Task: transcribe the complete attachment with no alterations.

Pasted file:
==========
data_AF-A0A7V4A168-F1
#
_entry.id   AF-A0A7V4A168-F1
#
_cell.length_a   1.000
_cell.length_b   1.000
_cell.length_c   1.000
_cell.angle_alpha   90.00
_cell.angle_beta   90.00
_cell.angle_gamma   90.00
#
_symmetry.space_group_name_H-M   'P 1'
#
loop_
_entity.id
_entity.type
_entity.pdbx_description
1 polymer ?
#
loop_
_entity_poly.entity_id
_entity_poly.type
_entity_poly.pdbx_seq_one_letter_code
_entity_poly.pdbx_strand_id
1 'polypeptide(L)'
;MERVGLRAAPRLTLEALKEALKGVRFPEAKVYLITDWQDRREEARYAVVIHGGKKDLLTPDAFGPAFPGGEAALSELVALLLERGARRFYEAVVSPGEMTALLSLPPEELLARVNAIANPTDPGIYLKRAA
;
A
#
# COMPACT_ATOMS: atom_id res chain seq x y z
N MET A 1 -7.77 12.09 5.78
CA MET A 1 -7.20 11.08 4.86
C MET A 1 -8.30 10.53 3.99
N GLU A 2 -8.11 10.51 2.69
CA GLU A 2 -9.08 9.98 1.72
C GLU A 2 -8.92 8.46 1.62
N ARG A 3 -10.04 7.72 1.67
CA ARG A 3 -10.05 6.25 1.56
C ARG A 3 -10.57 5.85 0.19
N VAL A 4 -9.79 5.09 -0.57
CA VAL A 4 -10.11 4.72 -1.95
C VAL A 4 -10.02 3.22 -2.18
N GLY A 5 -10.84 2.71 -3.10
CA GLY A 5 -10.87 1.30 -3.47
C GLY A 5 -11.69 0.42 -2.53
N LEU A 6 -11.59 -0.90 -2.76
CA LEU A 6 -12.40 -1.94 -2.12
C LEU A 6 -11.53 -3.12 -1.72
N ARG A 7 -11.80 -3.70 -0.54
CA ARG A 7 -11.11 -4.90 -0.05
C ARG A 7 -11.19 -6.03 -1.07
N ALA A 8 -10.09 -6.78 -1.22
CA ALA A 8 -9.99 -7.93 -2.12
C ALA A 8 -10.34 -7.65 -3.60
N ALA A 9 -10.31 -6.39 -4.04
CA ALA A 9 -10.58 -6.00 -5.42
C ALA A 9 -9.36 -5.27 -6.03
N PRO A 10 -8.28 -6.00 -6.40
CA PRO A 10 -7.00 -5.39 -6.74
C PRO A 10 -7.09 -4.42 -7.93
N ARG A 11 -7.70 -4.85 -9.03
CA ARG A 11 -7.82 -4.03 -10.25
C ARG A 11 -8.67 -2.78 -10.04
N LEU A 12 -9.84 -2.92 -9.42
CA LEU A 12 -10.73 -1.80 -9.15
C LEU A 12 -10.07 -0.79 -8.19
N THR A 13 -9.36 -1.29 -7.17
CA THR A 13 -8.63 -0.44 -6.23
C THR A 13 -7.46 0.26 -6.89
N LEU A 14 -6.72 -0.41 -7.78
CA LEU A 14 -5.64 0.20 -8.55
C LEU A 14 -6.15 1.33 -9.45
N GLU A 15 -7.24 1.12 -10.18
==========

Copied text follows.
data_AF-A0A7V4A168-F1
#
_entry.id   AF-A0A7V4A168-F1
#
_cell.length_a   1.000
_cell.length_b   1.000
_cell.length_c   1.000
_cell.angle_alpha   90.00
_cell.angle_beta   90.00
_cell.angle_gamma   90.00
#
_symmetry.space_group_name_H-M   'P 1'
#
loop_
_entity.id
_entity.type
_entity.pdbx_description
1 polymer ?
#
loop_
_entity_poly.entity_id
_entity_poly.type
_entity_poly.pdbx_seq_one_letter_code
_entity_poly.pdbx_strand_id
1 'polypeptide(L)'
;MERVGLRAAPRLTLEALKEALKGVRFPEAKVYLITDWQDRREEARYAVVIHGGKKDLLTPDAFGPAFPGGEAALSELVALLLERGARRFYEAVVSPGEMTALLSLPPEELLARVNAIANPTDPGIYLKRAA
;
A
#
# COMPACT_ATOMS: atom_id res chain seq x y z
N MET A 1 -7.77 12.09 5.78
CA MET A 1 -7.20 11.08 4.86
C MET A 1 -8.30 10.53 3.99
N GLU A 2 -8.11 10.51 2.69
CA GLU A 2 -9.08 9.98 1.72
C GLU A 2 -8.92 8.46 1.62
N ARG A 3 -10.04 7.72 1.67
CA ARG A 3 -10.05 6.25 1.56
C ARG A 3 -10.57 5.85 0.19
N VAL A 4 -9.79 5.09 -0.57
CA VAL A 4 -10.11 4.72 -1.95
C VAL A 4 -10.02 3.22 -2.18
N GLY A 5 -10.84 2.71 -3.10
CA GLY A 5 -10.87 1.30 -3.47
C GLY A 5 -11.69 0.42 -2.53
N LEU A 6 -11.59 -0.90 -2.76
CA LEU A 6 -12.40 -1.94 -2.12
C LEU A 6 -11.53 -3.12 -1.72
N ARG A 7 -11.80 -3.70 -0.54
CA ARG A 7 -11.11 -4.90 -0.05
C ARG A 7 -11.19 -6.03 -1.07
N ALA A 8 -10.09 -6.78 -1.22
CA ALA A 8 -9.99 -7.93 -2.12
C ALA A 8 -10.34 -7.65 -3.60
N ALA A 9 -10.31 -6.39 -4.04
CA ALA A 9 -10.58 -6.00 -5.42
C ALA A 9 -9.36 -5.27 -6.03
N PRO A 10 -8.28 -6.00 -6.40
CA PRO A 10 -7.00 -5.39 -6.74
C PRO A 10 -7.09 -4.42 -7.93
N ARG A 11 -7.70 -4.85 -9.03
CA ARG A 11 -7.82 -4.03 -10.25
C ARG A 11 -8.67 -2.78 -10.04
N LEU A 12 -9.84 -2.92 -9.42
CA LEU A 12 -10.73 -1.80 -9.15
C LEU A 12 -10.07 -0.79 -8.19
N THR A 13 -9.36 -1.29 -7.17
CA THR A 13 -8.63 -0.44 -6.23
C THR A 13 -7.46 0.26 -6.89
N LEU A 14 -6.72 -0.41 -7.78
CA LEU A 14 -5.64 0.20 -8.55
C LEU A 14 -6.15 1.33 -9.45
N GLU A 15 -7.24 1.12 -10.18